“To establish that the emergency has passed, statements and acts of the President and of other executive officers are adduced; some of them antedating the enactment of the statute here in question. There are statements of the President to the effect that the war has ended and peace has come, that certain war agencies and activities should be discontinued, that our enemies are impotent to renew hostilities and that the objects of the act here in question have been satisfied in the demobilization of the army and navy. Hamilton v. Kentucky Distilleries & Warehouse Co., 251 U.S. 146, 159, 40 S. Ct. 106, 109, 64 L. Ed. 194 (1919) (citing Thanksgiving Proclamation, Official U. S. Bulletin, Nov. 18, 1918, p. 1.) (emphasis added).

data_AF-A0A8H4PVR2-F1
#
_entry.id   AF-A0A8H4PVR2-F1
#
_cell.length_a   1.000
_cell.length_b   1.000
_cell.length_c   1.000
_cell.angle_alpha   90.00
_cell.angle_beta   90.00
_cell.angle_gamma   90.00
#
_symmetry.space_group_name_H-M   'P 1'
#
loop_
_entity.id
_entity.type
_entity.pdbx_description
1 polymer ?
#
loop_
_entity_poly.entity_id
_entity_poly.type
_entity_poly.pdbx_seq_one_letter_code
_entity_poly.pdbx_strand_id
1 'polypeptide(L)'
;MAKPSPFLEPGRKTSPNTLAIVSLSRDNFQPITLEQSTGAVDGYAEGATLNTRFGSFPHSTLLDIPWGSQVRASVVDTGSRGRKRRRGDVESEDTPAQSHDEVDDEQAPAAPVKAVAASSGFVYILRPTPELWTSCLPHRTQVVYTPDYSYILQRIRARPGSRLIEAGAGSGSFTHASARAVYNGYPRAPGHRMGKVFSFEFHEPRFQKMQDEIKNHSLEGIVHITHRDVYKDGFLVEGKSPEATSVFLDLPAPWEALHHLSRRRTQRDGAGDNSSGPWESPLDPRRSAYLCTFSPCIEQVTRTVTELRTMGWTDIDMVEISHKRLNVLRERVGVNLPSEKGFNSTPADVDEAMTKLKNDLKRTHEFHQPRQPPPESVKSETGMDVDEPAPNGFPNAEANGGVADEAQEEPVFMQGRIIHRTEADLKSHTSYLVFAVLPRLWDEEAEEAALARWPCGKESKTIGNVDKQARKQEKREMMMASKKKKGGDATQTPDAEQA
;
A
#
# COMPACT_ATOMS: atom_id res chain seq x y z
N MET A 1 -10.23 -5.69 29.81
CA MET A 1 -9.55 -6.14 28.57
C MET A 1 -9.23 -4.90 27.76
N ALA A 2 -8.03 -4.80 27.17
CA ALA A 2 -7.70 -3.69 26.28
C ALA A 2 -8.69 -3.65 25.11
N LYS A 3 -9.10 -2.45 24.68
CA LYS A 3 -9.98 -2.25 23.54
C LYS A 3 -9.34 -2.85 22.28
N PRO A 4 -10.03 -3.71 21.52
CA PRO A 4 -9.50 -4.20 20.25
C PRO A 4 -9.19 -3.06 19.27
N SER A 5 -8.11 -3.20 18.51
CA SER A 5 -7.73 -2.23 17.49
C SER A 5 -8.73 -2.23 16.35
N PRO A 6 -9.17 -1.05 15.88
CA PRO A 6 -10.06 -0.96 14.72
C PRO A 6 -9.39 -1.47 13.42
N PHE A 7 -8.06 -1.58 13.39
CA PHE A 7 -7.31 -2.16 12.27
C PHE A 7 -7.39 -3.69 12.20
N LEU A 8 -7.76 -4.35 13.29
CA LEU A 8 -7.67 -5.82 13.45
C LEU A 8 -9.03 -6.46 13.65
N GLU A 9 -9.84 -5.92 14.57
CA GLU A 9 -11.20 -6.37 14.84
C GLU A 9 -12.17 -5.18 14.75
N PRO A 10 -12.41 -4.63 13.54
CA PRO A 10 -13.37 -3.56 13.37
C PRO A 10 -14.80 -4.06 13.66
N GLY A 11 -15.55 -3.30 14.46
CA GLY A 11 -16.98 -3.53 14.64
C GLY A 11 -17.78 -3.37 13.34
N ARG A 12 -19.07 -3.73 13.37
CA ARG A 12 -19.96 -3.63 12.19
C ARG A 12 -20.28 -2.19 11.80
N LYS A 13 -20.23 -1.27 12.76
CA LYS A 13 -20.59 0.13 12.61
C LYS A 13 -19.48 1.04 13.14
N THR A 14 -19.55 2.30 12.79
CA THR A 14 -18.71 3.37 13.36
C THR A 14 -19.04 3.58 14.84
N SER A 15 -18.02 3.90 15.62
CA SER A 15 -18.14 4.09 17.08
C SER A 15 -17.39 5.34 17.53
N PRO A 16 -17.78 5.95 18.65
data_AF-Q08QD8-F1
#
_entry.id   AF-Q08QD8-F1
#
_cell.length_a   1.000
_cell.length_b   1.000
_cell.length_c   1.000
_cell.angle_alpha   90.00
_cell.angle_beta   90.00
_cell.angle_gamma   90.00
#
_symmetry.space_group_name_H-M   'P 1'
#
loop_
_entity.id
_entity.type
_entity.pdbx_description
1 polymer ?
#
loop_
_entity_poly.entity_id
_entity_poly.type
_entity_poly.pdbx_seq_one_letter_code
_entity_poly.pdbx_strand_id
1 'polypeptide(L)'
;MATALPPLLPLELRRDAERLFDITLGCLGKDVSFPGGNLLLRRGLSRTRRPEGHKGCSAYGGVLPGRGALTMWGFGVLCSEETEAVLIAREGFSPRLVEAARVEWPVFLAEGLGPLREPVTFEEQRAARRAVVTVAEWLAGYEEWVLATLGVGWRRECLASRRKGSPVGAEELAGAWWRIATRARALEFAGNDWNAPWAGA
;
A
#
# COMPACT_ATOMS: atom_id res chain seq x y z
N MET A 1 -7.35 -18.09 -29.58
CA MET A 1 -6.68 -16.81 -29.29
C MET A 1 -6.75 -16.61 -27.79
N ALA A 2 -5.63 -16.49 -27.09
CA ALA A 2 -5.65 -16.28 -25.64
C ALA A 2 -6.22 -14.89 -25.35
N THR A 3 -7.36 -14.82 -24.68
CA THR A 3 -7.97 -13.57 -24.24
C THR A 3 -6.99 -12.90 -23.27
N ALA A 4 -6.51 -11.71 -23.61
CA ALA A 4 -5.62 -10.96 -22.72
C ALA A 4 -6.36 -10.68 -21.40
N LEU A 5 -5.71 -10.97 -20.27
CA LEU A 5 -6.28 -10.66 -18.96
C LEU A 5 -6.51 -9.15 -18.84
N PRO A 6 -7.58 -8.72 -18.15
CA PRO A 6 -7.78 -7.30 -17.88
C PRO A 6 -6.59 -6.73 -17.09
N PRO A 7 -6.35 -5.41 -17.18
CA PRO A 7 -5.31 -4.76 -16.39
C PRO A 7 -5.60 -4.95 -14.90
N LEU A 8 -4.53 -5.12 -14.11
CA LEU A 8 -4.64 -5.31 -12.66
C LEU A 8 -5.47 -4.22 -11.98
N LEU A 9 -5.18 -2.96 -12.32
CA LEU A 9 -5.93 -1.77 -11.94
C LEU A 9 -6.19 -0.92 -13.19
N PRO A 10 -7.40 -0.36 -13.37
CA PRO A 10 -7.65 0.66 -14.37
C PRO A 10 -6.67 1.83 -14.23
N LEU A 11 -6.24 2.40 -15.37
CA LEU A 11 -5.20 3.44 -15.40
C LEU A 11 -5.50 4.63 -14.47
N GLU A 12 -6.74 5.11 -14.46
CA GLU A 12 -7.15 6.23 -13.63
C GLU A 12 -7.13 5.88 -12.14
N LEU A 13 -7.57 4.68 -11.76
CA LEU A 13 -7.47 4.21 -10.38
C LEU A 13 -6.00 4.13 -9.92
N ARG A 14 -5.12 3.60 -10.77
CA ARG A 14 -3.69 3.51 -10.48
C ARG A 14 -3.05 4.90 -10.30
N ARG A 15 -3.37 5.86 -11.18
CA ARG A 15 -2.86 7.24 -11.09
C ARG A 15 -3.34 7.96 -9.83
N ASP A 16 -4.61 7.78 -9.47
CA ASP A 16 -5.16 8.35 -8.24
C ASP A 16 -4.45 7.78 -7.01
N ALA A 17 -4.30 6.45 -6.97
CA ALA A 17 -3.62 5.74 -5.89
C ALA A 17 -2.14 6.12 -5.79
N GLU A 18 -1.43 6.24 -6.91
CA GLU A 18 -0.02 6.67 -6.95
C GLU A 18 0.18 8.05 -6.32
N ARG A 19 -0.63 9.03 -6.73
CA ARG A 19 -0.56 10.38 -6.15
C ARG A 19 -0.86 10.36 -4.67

The Supreme Court explained that “severe restriction imposed by the act upon the disposition of liquors amounts to a taking of property, and, being uncompensated, would, at least as applied to liquors acquired before the passage of the act, exceed even the restriction held to be admissible under the broad police powers possessed by the states.” Kentucky Distilleries & Warehouse Co., 251 U.S. at 155. Although many of the restrictions imposed by the pandemic may have passed, let us not forget that severe government restrictions can amount to takings by eminent domain. That is, the public, not the individual, should shoulder the burden together. Let us be thankful that the framers protected our property rights in this regard.
By the President of the United States